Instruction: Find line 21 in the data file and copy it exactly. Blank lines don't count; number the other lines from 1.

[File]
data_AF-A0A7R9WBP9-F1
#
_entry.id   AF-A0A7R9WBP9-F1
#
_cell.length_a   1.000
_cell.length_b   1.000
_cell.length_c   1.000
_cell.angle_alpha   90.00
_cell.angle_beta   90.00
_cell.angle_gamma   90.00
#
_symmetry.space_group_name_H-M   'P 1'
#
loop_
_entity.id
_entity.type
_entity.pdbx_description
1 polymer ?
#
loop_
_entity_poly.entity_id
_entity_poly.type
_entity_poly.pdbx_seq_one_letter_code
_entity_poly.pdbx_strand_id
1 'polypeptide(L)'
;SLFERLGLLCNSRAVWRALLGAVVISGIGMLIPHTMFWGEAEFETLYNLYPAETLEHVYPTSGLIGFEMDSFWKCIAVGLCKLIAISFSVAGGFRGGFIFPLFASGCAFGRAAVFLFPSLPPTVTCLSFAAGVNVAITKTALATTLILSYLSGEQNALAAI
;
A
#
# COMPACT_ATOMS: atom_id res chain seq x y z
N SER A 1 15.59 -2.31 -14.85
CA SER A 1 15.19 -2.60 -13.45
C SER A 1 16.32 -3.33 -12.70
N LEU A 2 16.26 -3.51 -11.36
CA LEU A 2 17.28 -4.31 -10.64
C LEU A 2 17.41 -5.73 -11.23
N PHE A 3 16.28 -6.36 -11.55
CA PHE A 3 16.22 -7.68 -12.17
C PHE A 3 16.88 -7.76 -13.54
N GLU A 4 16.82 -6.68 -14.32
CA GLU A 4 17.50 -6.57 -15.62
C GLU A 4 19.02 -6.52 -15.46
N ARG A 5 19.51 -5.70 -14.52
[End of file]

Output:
_entity_poly.entity_id